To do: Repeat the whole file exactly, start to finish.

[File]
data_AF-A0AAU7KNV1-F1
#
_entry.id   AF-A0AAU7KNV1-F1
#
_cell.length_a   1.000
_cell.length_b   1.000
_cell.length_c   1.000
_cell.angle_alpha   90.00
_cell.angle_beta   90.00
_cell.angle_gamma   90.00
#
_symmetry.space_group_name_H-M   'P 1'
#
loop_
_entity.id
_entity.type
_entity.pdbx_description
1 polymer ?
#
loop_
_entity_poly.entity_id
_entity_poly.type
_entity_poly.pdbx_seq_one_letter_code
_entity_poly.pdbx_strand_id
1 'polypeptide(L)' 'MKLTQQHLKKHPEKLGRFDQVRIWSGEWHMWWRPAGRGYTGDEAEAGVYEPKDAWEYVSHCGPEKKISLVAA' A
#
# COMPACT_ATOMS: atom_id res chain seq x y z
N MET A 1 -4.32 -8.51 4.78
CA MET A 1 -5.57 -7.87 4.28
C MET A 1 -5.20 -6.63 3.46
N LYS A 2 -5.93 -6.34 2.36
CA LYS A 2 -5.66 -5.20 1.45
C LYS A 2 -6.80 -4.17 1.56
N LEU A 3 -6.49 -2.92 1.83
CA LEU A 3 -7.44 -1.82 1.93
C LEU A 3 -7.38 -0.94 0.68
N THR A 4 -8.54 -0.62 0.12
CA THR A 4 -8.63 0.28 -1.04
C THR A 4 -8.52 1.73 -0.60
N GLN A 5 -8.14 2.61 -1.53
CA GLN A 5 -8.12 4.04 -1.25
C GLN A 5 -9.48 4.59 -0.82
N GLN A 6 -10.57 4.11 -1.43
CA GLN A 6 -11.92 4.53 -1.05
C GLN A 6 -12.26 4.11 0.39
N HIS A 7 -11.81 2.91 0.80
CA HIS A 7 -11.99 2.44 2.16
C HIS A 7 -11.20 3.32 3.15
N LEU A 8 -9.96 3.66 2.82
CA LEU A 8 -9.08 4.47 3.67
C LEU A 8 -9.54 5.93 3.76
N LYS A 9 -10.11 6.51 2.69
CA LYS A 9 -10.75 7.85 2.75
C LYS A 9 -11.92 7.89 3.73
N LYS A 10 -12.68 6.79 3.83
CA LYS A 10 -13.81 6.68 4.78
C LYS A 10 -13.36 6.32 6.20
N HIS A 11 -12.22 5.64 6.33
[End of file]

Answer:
data_AF-A0AAU7KNV1-F1
#
_entry.id   AF-A0AAU7KNV1-F1
#
_cell.length_a   1.000
_cell.length_b   1.000
_cell.length_c   1.000
_cell.angle_alpha   90.00
_cell.angle_beta   90.00
_cell.angle_gamma   90.00
#
_symmetry.space_group_name_H-M   'P 1'
#
loop_
_entity.id
_entity.type
_entity.pdbx_description
1 polymer ?
#
loop_
_entity_poly.entity_id
_entity_poly.type
_entity_poly.pdbx_seq_one_letter_code
_entity_poly.pdbx_strand_id
1 'polypeptide(L)' 'MKLTQQHLKKHPEKLGRFDQVRIWSGEWHMWWRPAGRGYTGDEAEAGVYEPKDAWEYVSHCGPEKKISLVAA' A
#
# COMPACT_ATOMS: atom_id res chain seq x y z
N MET A 1 -4.32 -8.51 4.78
CA MET A 1 -5.57 -7.87 4.28
C MET A 1 -5.20 -6.63 3.46
N LYS A 2 -5.93 -6.34 2.36
CA LYS A 2 -5.66 -5.20 1.45
C LYS A 2 -6.80 -4.17 1.56
N LEU A 3 -6.49 -2.92 1.83
CA LEU A 3 -7.44 -1.82 1.93
C LEU A 3 -7.38 -0.94 0.68
N THR A 4 -8.54 -0.62 0.12
CA THR A 4 -8.63 0.28 -1.04
C THR A 4 -8.52 1.73 -0.60
N GLN A 5 -8.14 2.61 -1.53
CA GLN A 5 -8.12 4.04 -1.25
C GLN A 5 -9.48 4.59 -0.82
N GLN A 6 -10.57 4.11 -1.43
CA GLN A 6 -11.92 4.53 -1.05
C GLN A 6 -12.26 4.11 0.39
N HIS A 7 -11.81 2.91 0.80
CA HIS A 7 -11.99 2.44 2.16
C HIS A 7 -11.20 3.32 3.15
N LEU A 8 -9.96 3.66 2.82
CA LEU A 8 -9.08 4.47 3.67
C LEU A 8 -9.54 5.93 3.76
N LYS A 9 -10.11 6.51 2.69
CA LYS A 9 -10.75 7.85 2.75
C LYS A 9 -11.92 7.89 3.73
N LYS A 10 -12.68 6.79 3.83
CA LYS A 10 -13.81 6.68 4.78
C LYS A 10 -13.36 6.32 6.20
N HIS A 11 -12.22 5.64 6.33